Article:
The “Gandhi Approach” to Better Governance
Editor’s note: This post is part of a series focusing on the impact of corruption and poor governance on enterprise and development in the “bottom of the pyramid.” Click here to read other articles in the series, written by NextBillion Staff Writer Rebecca Regan-Sachs.
Sunlight is the best disinfectant, and it also complements the nourishing waters of capital for growing successful businesses. Without both, you can’t expect much to grow; there may be an exception to the rule here or there, but a few tall trees do not make a forest. Good corporate governance comprises the financial transparency, ethical codes of conduct and shared decision-making that represent sunlight to businesses of every size.
At the very heart of corporate governance is the separation between ownership and management roles. Why would a small business owner want such a separation? For the holy grail of growth and scale. Microcredit, formal and informal loans from friends or family can get you only so far; when you start to attract equity investors, who become part-owners, you start lifting micro-enterprises over the hump and into real SME scale.
That said, implementing a corporate governance structure within a small business remains fraught with challenges. In Pakistan, CIPE partnered with the Pakistan Institute of Corporate Governance and the Institute of Chartered Accountants of Pakistan to create The Corporate Governance Guide for Family-Owned Companies. Gathering input from private sector stakeholders through five focus group sessions and two public roundtable discussions, the guide lays out a basic framework for shareholder rights, codes of ethics, financial reporting and shared decision-making.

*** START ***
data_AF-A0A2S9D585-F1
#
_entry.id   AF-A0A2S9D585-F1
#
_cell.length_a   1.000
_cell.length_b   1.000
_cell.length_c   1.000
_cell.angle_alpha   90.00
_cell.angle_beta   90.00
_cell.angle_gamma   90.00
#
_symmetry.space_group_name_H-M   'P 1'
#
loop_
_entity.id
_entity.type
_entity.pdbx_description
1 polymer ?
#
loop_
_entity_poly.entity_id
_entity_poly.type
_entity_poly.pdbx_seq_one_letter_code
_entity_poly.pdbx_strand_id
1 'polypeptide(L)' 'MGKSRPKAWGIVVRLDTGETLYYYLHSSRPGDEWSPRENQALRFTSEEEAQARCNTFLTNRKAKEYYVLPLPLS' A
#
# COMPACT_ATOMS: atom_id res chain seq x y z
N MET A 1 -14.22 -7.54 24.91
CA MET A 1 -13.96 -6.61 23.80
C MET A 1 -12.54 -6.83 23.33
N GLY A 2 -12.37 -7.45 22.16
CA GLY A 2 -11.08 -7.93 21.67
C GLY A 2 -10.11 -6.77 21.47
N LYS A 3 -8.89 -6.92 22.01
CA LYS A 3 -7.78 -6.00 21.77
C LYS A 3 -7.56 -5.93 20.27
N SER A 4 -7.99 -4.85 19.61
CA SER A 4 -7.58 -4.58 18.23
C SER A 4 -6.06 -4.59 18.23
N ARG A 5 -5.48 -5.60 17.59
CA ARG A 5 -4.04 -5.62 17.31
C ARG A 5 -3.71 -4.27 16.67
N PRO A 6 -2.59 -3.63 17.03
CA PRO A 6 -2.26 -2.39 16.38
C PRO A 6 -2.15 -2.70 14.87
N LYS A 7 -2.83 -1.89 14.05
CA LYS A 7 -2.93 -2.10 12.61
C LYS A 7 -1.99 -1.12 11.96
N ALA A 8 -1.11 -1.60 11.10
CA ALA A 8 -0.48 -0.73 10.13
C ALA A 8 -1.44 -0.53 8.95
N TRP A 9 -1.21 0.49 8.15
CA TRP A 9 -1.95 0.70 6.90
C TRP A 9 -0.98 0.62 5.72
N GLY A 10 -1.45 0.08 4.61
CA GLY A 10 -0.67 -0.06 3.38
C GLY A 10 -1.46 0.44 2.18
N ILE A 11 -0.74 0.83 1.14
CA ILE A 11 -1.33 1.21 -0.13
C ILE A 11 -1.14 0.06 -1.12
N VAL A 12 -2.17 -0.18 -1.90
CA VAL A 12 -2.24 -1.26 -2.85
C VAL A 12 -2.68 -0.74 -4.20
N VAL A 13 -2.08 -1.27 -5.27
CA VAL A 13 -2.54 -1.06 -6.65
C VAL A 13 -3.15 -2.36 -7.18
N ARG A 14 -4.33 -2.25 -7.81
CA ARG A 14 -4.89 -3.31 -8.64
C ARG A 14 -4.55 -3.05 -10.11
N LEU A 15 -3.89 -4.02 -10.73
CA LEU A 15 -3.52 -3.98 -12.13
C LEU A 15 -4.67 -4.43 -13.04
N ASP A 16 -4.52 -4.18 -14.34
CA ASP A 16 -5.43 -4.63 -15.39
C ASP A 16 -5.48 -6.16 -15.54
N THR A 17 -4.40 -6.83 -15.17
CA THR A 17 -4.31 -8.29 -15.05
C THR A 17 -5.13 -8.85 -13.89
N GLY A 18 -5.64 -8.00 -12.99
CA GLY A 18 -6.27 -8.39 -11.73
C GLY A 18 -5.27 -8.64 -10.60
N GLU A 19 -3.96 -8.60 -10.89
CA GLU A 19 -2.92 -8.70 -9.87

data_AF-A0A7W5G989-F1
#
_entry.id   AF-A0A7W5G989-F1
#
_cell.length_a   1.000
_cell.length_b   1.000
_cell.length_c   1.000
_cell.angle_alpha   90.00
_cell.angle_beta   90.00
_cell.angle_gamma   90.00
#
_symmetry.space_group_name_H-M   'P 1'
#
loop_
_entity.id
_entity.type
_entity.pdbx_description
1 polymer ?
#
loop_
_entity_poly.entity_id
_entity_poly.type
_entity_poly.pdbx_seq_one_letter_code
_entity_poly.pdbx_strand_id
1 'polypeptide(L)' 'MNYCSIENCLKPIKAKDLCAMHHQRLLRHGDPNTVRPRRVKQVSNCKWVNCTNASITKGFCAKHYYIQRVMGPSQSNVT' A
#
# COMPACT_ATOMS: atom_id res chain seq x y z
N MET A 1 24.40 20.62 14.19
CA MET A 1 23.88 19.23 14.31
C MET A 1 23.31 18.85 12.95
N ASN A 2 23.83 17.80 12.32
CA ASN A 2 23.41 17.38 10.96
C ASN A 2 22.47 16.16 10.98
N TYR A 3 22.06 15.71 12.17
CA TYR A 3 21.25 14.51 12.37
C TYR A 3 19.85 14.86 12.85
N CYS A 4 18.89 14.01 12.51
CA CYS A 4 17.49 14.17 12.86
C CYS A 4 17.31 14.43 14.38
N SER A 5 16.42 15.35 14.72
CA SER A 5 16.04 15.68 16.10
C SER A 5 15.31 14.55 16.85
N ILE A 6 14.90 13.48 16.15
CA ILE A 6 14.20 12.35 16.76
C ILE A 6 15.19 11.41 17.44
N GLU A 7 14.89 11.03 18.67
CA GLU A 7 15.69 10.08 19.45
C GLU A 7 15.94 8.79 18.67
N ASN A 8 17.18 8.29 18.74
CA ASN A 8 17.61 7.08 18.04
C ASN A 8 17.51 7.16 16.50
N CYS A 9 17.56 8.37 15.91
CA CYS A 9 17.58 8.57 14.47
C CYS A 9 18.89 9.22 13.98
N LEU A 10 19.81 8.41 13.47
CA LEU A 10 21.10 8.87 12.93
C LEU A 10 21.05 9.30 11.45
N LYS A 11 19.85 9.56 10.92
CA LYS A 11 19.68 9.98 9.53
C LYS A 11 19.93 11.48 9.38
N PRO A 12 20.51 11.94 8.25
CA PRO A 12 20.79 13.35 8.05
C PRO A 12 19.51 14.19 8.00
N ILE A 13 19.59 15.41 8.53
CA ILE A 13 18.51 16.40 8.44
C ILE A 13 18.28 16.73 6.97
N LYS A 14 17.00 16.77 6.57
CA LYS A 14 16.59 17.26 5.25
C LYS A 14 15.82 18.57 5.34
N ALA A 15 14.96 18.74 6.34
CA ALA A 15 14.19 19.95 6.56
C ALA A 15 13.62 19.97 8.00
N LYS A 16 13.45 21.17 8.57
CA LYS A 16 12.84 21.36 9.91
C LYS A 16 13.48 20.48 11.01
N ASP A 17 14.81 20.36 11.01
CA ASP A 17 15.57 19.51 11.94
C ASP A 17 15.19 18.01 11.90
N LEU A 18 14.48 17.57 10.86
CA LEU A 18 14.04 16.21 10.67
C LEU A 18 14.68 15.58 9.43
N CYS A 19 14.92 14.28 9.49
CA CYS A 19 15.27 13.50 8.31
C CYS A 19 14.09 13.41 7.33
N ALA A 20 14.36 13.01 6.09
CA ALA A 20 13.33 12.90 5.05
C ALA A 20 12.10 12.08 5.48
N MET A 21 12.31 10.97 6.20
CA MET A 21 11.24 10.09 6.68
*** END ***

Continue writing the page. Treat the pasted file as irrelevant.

While none of those practices are fool-proof safeguards against bribery, nepotism, embezzlement and other forms of corruption, the fact that they become subjects for discussion in the context of daily business operations is a huge first step in the right direction. Rather than remaining a black box of unspoken customs, governance (especially the negative impact of weak governace) comes into the sunlight.
Good corporate governance can in turn spread virally. As entrepreneurs and investors experience the business benefits of corporate governance, including improved competitiveness and new sources of capital, they encourage their peers to join them or to seek similar opportunities. And people aren’t purely economic beings; as they come to benefit from better governance in the economic sphere, they also begin to demand these practices from the political sphere.
Public officials, for better or for worse, take few things more seriously than the growing expectations of a thriving business community. In the Philippines, for instance, CIPE partners with the Institute of Corporate Directors to annually rank Filipino companies on corporate governance metrics. Participation rose from 49 listed companies in 2005 to 171 in 2008. These companies reached an average score of 72 percent in 2008, a significant improvement from an average of 53 percent in 2005. And in a country where corruption was once accepted as the norm, recently inaugurated President Benigno Aquino has launched a “Truth Commission” to begin investigating the corruption and fraud under the previous administration. While it remains to be seen whether the commission is actually effective, expectations have changed.
It could be called the “Ghandi” approach to improving governance and fighting corruption: businesses, even and especially the smallest and most numerous businesses, can become the change they wish to see in the world. While improving governance is the obvious antidote to corruption, good governance takes time to develop and perfect. Whether you think of yourself as a social business or a conventional profit-seeking business, you can help spark the governance learning process and lead the way toward an economic “forest” of responsible, scalable and sustainable businesses.